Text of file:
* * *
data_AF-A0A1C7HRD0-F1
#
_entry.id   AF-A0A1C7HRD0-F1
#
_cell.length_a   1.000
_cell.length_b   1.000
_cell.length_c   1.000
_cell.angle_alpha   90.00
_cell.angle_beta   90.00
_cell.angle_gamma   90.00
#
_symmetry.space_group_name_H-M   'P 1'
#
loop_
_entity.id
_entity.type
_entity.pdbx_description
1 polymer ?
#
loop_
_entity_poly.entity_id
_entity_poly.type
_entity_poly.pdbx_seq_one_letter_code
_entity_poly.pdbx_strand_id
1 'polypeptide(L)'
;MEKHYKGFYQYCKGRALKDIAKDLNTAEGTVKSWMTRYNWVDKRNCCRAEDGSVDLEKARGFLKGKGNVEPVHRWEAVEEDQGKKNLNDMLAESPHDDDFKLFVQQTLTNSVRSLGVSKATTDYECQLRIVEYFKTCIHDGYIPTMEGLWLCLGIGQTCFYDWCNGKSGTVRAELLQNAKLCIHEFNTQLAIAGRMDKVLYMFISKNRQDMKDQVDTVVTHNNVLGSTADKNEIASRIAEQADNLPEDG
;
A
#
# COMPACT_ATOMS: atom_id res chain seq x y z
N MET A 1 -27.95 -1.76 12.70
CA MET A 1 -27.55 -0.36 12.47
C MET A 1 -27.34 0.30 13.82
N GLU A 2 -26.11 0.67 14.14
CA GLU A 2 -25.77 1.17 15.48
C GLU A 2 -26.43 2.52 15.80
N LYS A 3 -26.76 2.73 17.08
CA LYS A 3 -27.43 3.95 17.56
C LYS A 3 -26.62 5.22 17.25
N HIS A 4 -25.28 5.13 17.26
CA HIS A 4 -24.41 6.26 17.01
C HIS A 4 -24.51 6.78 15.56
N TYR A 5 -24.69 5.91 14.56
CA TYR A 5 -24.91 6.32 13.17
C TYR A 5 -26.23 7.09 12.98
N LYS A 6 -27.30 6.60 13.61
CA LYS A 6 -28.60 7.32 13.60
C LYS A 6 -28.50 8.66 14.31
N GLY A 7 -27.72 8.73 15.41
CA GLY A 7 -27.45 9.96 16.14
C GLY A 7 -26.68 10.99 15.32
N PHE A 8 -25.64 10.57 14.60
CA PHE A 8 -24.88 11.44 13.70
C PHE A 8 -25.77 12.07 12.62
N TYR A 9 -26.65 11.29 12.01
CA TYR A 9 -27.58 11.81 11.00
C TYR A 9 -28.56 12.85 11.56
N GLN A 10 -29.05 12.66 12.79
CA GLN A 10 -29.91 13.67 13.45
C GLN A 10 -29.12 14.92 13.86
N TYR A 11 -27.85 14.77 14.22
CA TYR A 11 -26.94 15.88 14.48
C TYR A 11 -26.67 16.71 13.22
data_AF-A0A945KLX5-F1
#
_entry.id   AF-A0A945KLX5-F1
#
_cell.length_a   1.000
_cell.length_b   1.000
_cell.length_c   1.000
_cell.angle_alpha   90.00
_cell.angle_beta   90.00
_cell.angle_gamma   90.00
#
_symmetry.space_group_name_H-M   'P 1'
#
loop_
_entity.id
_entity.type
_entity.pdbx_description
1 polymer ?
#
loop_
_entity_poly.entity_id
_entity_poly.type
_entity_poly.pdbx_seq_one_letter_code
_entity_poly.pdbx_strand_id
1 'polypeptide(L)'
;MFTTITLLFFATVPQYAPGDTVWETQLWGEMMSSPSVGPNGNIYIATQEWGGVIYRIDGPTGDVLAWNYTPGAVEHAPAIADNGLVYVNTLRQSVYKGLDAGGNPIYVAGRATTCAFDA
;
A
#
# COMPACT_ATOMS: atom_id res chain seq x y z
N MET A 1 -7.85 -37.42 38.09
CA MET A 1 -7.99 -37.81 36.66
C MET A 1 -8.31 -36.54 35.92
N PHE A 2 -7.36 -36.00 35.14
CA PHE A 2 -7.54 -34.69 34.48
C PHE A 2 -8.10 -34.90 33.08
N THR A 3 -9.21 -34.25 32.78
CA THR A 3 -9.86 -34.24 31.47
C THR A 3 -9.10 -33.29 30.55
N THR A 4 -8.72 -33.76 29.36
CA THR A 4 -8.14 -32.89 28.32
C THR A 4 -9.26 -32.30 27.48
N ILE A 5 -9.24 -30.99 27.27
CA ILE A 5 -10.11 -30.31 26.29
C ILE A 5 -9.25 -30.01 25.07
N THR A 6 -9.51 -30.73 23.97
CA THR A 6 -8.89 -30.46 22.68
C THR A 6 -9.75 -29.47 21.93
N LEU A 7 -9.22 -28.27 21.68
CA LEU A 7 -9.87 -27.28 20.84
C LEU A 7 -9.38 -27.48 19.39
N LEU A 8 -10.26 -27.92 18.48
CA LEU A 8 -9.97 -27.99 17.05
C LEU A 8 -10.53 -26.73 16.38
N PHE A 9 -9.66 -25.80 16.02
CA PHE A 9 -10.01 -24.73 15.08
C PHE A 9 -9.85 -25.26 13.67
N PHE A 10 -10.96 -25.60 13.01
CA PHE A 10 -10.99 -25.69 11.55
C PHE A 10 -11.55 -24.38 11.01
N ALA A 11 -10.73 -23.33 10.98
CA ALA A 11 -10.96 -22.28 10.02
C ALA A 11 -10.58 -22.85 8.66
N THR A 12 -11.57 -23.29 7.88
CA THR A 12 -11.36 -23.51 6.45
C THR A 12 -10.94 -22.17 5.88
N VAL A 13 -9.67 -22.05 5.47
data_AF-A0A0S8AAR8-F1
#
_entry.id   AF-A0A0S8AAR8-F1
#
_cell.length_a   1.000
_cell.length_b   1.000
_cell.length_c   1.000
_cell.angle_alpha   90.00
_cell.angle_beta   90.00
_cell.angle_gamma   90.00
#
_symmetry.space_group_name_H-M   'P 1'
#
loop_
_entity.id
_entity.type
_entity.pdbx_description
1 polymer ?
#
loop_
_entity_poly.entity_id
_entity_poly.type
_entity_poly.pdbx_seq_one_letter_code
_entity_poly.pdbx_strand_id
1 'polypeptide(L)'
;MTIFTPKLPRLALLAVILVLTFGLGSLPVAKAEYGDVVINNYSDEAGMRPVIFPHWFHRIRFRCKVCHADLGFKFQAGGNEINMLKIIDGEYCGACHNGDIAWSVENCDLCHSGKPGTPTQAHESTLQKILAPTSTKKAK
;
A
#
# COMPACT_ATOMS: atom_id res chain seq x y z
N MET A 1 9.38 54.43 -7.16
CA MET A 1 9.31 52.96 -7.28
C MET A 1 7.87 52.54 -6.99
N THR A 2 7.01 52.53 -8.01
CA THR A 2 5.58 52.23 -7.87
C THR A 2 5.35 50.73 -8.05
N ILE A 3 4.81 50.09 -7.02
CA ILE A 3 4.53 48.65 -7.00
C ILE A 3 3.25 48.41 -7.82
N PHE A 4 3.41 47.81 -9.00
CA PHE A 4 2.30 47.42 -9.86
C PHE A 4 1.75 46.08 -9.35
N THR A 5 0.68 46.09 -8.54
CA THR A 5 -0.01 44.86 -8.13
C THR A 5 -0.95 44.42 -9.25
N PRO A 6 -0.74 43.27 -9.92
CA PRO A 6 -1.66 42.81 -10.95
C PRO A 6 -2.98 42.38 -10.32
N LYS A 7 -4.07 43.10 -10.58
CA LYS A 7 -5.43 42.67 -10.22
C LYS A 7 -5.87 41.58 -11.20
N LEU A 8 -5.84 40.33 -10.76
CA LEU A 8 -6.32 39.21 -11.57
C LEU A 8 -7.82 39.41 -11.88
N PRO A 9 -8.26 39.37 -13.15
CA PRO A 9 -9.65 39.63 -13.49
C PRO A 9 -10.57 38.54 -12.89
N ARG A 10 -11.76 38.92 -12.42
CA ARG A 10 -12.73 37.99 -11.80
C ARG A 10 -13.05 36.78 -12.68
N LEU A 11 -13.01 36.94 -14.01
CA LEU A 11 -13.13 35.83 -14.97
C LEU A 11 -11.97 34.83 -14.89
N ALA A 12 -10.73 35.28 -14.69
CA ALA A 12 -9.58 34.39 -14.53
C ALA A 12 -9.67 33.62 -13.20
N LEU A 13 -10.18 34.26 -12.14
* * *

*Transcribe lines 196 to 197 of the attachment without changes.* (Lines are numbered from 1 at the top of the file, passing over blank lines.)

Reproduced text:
C ALA A 12 -9.67 33.62 -13.20
N LEU A 13 -10.18 34.26 -12.14